speaker. A large sign was erected over the Fremont River bridge west of Torrey reading
"Gateway to Wayne Wonderland." This sign was later moved to Torrey where it
remained for many years.
In the meantime, Hickman had
introduced a resolution in the legislature asking the federal government to consider Wayne
Wonderland as a national monument.
On July 24, only four days after
the celebration in Torrey, Hickman went to Fish Lake with a party of friends. A sudden
storm threw him out of his boat, and unable to swim he drowned.
Pectol continued the work almost
alone for the next ten years. He was elected president of the new Civics Club. At his
suggestion $150 was appropriated for the expenses of Dr. J. E. Broaddus, a well-known
scenic photographer in Salt Lake City, to come to Wayne Wonderland to photograph its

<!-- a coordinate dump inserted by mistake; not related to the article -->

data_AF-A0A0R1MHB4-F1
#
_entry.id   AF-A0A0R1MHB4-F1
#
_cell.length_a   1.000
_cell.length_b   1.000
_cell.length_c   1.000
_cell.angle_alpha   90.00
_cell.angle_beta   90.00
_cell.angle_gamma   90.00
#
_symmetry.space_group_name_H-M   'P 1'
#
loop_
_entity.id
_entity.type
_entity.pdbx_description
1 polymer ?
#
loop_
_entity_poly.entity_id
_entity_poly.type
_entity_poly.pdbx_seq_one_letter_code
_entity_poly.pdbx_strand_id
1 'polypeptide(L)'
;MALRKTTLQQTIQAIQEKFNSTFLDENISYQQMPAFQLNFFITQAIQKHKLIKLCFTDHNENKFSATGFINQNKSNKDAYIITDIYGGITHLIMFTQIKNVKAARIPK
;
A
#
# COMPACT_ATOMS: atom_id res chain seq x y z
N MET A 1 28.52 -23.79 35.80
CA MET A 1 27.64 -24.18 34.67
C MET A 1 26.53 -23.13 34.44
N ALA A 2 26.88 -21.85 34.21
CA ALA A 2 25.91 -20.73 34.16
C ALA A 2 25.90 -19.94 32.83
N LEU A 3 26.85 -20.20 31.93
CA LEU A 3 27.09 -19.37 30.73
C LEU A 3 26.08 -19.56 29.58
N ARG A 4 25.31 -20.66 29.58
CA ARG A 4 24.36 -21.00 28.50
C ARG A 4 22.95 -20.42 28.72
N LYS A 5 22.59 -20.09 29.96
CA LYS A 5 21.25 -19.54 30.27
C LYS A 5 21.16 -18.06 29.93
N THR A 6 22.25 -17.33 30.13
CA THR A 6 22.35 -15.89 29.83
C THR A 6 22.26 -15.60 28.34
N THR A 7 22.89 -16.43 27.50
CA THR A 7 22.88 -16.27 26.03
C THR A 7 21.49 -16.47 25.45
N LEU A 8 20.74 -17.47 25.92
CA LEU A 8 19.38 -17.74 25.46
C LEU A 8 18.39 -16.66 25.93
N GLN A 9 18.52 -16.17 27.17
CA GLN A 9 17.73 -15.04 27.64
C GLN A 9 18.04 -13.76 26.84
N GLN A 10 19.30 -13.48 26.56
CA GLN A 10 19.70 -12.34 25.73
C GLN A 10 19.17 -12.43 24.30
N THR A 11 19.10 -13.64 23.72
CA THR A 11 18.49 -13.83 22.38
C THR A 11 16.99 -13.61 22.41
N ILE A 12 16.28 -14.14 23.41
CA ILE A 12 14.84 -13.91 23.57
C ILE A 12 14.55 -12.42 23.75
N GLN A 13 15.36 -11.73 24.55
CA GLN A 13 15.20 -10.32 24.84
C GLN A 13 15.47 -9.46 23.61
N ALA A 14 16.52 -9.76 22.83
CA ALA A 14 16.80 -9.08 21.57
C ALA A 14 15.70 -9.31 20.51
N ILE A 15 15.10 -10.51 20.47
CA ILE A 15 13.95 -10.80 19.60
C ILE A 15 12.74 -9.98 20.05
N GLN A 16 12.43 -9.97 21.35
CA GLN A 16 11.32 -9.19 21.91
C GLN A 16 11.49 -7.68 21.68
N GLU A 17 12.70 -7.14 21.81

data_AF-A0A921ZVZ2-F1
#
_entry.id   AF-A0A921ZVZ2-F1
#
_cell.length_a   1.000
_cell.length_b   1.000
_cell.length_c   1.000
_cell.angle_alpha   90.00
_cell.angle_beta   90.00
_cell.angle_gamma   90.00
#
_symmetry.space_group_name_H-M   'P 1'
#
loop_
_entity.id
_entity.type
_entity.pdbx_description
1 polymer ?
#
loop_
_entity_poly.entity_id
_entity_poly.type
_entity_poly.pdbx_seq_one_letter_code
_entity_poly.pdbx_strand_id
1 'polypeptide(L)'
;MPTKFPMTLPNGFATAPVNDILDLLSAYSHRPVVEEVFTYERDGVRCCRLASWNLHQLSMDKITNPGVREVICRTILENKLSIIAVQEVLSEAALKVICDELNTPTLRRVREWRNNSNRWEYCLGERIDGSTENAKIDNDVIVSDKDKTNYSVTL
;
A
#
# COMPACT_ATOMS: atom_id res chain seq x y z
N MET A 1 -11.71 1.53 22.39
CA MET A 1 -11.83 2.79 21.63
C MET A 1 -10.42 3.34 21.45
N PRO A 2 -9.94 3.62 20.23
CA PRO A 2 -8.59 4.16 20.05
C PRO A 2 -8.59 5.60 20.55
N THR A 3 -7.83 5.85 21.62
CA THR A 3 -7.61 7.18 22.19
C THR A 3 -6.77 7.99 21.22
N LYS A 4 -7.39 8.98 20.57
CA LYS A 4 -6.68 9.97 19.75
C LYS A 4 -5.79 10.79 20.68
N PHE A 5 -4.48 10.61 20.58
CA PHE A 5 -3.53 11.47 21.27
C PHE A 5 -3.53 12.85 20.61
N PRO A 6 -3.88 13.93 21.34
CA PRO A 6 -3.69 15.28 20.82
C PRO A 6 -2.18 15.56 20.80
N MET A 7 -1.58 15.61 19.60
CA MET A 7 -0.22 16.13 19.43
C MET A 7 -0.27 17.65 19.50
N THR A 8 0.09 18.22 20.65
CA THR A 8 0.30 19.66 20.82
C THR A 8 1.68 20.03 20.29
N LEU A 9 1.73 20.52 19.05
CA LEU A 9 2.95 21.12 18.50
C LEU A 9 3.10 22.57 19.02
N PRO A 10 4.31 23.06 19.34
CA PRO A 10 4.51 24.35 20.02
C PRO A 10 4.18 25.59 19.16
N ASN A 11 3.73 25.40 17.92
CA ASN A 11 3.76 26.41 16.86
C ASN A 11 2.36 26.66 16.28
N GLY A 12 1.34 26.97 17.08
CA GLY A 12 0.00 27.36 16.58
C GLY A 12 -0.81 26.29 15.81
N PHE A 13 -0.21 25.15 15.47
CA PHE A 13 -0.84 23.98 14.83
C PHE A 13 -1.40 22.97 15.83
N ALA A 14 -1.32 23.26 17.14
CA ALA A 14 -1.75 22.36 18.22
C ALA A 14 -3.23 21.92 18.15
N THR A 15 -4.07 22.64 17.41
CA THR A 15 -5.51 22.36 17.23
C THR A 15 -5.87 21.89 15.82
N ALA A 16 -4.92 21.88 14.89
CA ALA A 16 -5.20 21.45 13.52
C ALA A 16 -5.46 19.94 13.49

beauties. For several years afterward Broaddus exhibited his photographs and lectured on
Wayne Wonderland. This publicity not only made the area known to the public but eventually
resulted in the creation of Capitol Reef National Monument.
In 1933 Pectol was elected to the
state legislature, and almost his first act was the introduction of a memorial to Congress
asking for the creation of Wayne Wonderland National Monument. During the next four years
he neglected his business to guide federal investigating parties and make a boundary
survey, assisted by Arthur Meeks, Arthur L. Chaffin, and George W. Okerlund.
This great labor of love was
finally rewarded on August 2, 1937, when President Franklin D. Roosevelt signed the
proclamation that created Capitol Reef National Monument in the heart of Wayne Wonderland,
forever setting it aside for the enjoyment of the public. Unfortunately, no funds were
provided to develop and operate it, and not until 1950 was it officially opened to the
public. In 1971 Congress gave Capitol Reef national park status.
Pectol died on October 8, 1947, but
he had lived long enough to see the creation of the monument for which he had worked so